Familial ties and money are important facets of life to many people – and so what happens when these significant factors clash? A matter which is causing an increased amount of familial disputes is the ‘Bank of Mum and Dad’ and the lack of clarity that stems from such financial agreements.
Research from Legal & General reports a 30% increase on money loaned by parents in 2016, soaring to £6.5bn this year. Settlements and transfers of money often occur between parents and their children as a natural – and as the statistics show, increasingly expected – aspect of modern day life. Where there are siblings, financial imbalance is fertile ground for grievance, either during mum and dad’s lifetimes or afterwards, depending on the settlement of the will.
As children are becoming increasingly dependent on their parents for an extended period into adulthood, the financial assistance can unwittingly create disagreements on what the actual intent was. Without having the misfortune to experience first hand, observers of fictitious families – such as the Montagues and Capulets of Shakespeare’s Romeo and Juliet – can see the colossal and long lasting family rifts inflicted by an initial minor misunderstanding.
The fundamental intent of lender and borrower needs careful analysis. Is the money provided an unconditional gift? Is the money provided a loan? Or something in between? What are the implications for security, repayment, timetable and enforceability?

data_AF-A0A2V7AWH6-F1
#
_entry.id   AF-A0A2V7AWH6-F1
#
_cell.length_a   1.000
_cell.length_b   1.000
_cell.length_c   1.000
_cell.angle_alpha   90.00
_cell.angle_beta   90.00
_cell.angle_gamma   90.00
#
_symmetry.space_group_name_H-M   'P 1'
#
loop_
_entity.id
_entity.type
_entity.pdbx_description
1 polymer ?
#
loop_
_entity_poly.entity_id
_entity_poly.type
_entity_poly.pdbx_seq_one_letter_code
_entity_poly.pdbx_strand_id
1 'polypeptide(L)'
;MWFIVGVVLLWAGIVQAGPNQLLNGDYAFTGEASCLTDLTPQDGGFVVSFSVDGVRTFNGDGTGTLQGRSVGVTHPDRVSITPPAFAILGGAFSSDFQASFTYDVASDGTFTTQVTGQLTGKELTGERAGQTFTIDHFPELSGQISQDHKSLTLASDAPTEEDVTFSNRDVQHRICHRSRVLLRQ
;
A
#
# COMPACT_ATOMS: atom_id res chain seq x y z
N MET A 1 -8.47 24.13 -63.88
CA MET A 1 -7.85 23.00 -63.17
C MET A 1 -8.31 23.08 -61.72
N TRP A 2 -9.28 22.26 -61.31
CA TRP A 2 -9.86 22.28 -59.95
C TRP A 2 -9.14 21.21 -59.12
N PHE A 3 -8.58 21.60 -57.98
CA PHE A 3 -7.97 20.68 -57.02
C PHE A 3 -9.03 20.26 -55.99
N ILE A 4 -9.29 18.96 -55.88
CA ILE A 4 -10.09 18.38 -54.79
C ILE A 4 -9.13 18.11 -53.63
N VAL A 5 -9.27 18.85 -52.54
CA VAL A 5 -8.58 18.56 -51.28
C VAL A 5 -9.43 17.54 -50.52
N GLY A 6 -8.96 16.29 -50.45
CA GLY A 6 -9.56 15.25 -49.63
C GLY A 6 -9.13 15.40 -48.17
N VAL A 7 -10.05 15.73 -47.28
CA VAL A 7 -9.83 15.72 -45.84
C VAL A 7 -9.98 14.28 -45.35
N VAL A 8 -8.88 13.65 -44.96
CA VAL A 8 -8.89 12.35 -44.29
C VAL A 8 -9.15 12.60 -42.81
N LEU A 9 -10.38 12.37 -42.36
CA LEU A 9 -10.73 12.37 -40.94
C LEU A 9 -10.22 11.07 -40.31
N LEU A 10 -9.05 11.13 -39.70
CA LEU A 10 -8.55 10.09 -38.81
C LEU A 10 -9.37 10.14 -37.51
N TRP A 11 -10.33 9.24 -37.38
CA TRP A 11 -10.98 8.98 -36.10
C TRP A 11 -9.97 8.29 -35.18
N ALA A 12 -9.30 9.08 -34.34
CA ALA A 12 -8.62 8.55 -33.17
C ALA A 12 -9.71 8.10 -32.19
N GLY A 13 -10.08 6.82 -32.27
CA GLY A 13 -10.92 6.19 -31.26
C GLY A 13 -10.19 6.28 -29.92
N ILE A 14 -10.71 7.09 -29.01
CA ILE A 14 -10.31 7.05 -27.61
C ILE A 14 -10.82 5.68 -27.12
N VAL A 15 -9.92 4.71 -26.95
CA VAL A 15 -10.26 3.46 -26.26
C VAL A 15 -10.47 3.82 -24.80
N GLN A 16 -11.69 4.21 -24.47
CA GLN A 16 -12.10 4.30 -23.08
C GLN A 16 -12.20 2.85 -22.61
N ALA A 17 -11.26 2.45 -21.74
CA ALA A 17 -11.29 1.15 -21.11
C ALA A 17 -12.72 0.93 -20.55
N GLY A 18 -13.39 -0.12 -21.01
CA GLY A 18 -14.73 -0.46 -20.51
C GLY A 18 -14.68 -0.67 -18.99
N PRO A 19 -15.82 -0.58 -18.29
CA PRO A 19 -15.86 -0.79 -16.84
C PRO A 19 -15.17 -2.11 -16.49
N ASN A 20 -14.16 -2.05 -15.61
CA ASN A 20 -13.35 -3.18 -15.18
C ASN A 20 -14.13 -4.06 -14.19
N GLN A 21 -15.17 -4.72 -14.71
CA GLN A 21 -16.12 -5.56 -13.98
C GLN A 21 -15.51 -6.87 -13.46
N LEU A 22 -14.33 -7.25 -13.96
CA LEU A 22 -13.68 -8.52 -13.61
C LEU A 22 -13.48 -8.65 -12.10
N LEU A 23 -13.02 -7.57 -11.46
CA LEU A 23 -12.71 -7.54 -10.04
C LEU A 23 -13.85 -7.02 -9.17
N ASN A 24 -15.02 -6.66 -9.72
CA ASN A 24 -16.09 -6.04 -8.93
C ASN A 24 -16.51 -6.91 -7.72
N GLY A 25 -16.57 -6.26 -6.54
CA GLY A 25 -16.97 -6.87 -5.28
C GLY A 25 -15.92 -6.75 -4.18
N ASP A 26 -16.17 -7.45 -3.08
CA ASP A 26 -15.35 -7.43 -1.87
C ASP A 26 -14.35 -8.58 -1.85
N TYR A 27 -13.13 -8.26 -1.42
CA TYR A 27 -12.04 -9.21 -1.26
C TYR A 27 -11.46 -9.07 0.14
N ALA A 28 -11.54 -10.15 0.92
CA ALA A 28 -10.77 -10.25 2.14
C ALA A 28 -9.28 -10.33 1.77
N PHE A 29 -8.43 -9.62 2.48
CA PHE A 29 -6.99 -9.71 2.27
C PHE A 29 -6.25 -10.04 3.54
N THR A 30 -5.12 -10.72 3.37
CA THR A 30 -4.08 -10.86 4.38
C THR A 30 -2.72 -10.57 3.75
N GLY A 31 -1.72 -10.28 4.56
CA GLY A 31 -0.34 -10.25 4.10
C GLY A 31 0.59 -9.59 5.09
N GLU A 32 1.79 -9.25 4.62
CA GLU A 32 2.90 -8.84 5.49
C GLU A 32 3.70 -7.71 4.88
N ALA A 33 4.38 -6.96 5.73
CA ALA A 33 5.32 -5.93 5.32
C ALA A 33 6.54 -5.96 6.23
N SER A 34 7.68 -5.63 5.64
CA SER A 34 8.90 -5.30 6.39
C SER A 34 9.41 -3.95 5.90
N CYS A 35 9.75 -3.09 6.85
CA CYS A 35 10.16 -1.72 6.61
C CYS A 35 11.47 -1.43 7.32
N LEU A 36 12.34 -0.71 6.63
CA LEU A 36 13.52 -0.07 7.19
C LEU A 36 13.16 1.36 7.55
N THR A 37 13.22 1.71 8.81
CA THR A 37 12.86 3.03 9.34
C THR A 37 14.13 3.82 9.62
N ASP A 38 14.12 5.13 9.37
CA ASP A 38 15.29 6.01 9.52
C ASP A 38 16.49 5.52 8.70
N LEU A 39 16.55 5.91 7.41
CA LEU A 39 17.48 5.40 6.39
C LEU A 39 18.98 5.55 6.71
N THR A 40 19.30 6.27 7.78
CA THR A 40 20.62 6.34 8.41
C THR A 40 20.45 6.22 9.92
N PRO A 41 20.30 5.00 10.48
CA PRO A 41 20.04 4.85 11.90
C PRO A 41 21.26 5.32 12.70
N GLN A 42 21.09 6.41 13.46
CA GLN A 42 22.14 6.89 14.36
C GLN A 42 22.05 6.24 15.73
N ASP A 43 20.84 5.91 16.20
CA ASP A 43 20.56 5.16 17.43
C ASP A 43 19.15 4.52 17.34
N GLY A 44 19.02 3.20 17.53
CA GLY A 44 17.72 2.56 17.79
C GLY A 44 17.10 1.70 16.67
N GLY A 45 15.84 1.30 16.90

Gifts and loans are becoming part of family life. They require conversations that are not always easy amongst family members particularly where a family business is involved. There are conversations that need to be informed prior to commencement. Repayment schedules, interest payments, the consumer credit regime, security, purpose of the loan and other regulation can all play a part. Not to mention tax and divorce implications. It will be important to get these aspects right since failure to comply could cause the arrangement to be unenforceable and ultimately plunge the family into a tragedy of Shakespearian proportions.
As with other “banking” arrangements, documents should be put in place to record the clear understanding of the parties. The documents need professional input even for relatively small sums of money.
Great care is necessary in order to establish whether such agreements are loans or gifts – for parents considering such provisions for their children, it is important that they do not fall into the Montague-Capulet mire. Ensuring legal clarity and consulting legal professionals will aid in the transparency of lending and help prevent any potential future disputes.
Gavin Poole is a partner in the corporate team at Stephens Scown. If you have any queries then please do contact Gavin on 01872 265100, or by email firstname.lastname@example.org.